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Japan reported 51,016 new COVID-19 infections and 198 deaths, Monday, Feb. 28, 2022. That's 12,607 fewer than the previous day.

Japan reported 51,016 new COVID-19 infections and 198 deaths, Monday, Feb. 28, 2022. That's 12,607 fewer than the previous day. (Ryutaro Tsukata/Pexels)

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TOKYO – New rules for international travelers arriving in Japan took effect Tuesday, including one that drops the longstanding quarantine requirement for anyone fully vaccinated with a booster shot and three negative COVID-19 tests.

U.S. Forces Japan changed its health protection measures to reflect those changes, command spokeswoman Air Force Lt. Col. Brooke Brander said in an email Tuesday to Stars and Stripes.

“Personnel who are up-to-date with COVID-19 vaccinations (i.e., fully vaccinated and boosted) and have negative pre-departure and arrival COVID-19 tests will not incur a ROM and may use public transportation after they receive the results of their negative arrival test,” she wrote.

ROM, or restriction of movement, is a looser form of quarantine in which those affiliated with the U.S. military are permitted to quarantine at home and have access to their installations.

Japan announced plans to lower its quarantine requirements and admit more people, mostly international students and businesspeople, on Feb. 18 as the omicron phase appeared to have peaked in Japan. Up to 5,000 people will be allowed entry each day, up from 3,500, still a fraction of the hundreds of thousands estimated to be awaiting entry to Japan, according to The Associated Press on Monday.

A seven-day quarantine period is still the norm, according to Japanese regulations. But three negative tests – 72 hours before arrival, upon arrival and three days after arrival – will end quarantine.

The same applies to unvaccinated individuals, although they must remain in their homes during the three-day period, Brander wrote.

Those who test negative upon arrival may travel by public transportation to their ROM location within 24 hours. They are not permitted public transportation during the remaining ROM period.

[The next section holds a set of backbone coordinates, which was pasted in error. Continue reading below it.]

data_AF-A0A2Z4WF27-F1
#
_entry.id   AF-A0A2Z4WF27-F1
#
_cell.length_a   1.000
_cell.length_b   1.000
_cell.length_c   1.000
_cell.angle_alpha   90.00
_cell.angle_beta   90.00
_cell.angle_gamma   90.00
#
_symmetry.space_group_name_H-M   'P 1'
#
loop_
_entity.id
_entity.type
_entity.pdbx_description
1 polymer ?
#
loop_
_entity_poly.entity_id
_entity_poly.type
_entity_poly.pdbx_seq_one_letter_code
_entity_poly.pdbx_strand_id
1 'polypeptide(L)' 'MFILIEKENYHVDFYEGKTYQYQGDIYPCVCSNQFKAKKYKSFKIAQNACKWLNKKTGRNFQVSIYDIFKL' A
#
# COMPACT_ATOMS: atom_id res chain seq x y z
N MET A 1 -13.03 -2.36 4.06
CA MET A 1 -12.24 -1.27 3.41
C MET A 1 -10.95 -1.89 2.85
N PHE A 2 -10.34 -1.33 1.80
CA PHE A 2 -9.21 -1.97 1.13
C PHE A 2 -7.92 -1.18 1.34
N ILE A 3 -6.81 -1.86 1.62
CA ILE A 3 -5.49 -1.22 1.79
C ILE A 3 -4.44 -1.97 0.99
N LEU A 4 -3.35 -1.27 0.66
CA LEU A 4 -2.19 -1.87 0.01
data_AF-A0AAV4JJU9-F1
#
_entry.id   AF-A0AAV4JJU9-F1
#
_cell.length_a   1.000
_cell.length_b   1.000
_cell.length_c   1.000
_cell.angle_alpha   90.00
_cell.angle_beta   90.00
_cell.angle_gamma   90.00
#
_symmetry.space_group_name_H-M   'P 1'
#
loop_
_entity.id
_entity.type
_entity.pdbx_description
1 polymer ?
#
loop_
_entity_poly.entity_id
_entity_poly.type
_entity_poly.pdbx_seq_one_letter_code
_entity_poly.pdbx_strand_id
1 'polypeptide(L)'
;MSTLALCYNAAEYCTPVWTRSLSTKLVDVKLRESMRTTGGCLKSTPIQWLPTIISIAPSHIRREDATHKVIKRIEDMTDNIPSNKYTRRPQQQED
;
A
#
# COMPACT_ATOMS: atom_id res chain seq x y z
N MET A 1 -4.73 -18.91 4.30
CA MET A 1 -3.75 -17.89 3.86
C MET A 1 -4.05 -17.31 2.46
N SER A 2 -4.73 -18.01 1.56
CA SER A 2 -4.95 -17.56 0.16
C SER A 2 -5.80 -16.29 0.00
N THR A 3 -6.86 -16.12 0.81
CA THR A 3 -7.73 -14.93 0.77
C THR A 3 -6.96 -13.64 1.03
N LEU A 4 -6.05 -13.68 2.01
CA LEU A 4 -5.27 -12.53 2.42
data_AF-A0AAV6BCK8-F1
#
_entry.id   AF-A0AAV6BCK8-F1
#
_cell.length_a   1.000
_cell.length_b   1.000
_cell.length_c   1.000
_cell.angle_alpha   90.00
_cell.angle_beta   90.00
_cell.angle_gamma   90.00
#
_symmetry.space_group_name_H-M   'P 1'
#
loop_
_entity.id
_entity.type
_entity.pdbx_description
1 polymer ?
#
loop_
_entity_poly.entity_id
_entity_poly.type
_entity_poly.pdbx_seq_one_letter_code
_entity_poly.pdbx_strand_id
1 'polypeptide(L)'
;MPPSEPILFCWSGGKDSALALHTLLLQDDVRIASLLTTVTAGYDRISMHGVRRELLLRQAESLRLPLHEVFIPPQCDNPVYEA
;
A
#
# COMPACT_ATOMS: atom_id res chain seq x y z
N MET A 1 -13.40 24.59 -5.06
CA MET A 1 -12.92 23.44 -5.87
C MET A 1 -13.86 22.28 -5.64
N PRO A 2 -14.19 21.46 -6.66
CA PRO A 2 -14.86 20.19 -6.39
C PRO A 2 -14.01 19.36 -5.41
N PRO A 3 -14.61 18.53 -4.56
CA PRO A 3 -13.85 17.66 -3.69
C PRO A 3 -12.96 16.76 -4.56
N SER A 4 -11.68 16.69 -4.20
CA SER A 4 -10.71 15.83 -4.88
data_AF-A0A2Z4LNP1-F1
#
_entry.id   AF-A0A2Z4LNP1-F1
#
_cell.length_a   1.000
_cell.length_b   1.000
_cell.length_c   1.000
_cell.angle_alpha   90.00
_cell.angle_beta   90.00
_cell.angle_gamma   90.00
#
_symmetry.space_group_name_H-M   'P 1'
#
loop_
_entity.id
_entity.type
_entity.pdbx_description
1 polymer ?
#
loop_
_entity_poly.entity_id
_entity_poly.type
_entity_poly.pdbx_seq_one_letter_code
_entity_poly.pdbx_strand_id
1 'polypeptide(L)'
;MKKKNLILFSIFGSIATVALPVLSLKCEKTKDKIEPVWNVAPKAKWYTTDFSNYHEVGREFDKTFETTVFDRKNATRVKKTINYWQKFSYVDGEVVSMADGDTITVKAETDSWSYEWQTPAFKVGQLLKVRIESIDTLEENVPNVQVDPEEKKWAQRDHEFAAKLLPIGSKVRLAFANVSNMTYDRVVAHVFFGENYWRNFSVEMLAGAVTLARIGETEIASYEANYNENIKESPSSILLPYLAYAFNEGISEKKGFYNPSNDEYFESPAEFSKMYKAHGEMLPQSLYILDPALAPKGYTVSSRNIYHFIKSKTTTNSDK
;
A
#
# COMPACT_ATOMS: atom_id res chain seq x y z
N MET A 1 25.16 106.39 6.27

Those traveling to Japan by the Patriot Express, the government-contracted air service, or by military aircraft, also must obtain a COVID-19 test upon entry, regardless of vaccination status, according to the email.

Also, the mask mandate is still in place on and off U.S. installations, but individuals on U.S. installations who are fully vaccinated or up to date on their vaccines and can maintain social distancing may do without masks outdoors, Brander said.

The Department of Defense Education Activity in a notice to parents Monday said it was realigning its mask policy at its schools around the globe following revised guidance from Centers for Disease Control and Prevention. The new policy is coming in a few days, DODEA director Thomas Brady wrote.

The CDC loosened its guidelines for communities whose hospitals are not strained due to COVID-19. That means about 70% of the U.S. population may go without masks indoors, including schools, according to a CDC media briefing Friday.

In Japan, tourists are still not allowed entry under the relaxed border controls, according to the Ministry of Foreign Affairs.

Family members of long-term foreign residents of Japan may apply for a visa in some circumstances, but that provision does not apply to the U.S. population under the status of forces agreement. SOFA, which outlines the rights and responsibilities of U.S. military personnel, excludes service members and their dependents from visa requirements, generally.

Non-SOFA family members may enter Japan in some circumstances under a humanitarian visa, according to Brander’s email. Humanitarian visa applications are determined on a case-by-case basis by the government of Japan.

On Tuesday, Tokyo reported another 11,813 people had contracted COVID-19, about 2,200 more than Monday and 251 more than one week prior, according to public broadcaster NHK and metro government data. NHK reported 32 people died.

Japan reported 51,016 new infections Monday, 12,607 fewer than the previous day, and 198 deaths, according to the Johns Hopkins Coronavirus Resource Center.

On Okinawa prefecture, another 1,029 people tested positive Tuesday, nearly 2 ½ times the new cases Monday, according to the prefectural Department of Public Health and Medical Care.

The department reported about 300 people are hospitalized out of 5,675 people recuperating from the disease and filling 46.4% of hospital beds available for COVID-19 cases.

Stars and Stripes reported Mari Higa contributed to this report.

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Joseph Ditzler is a Marine Corps veteran and the Pacific editor for Stars and Stripes. He’s a native of Pennsylvania and has written for newspapers and websites in Alaska, California, Florida, New Mexico, Oregon and Pennsylvania. He studied journalism at Penn State and international relations at the University of Oklahoma.
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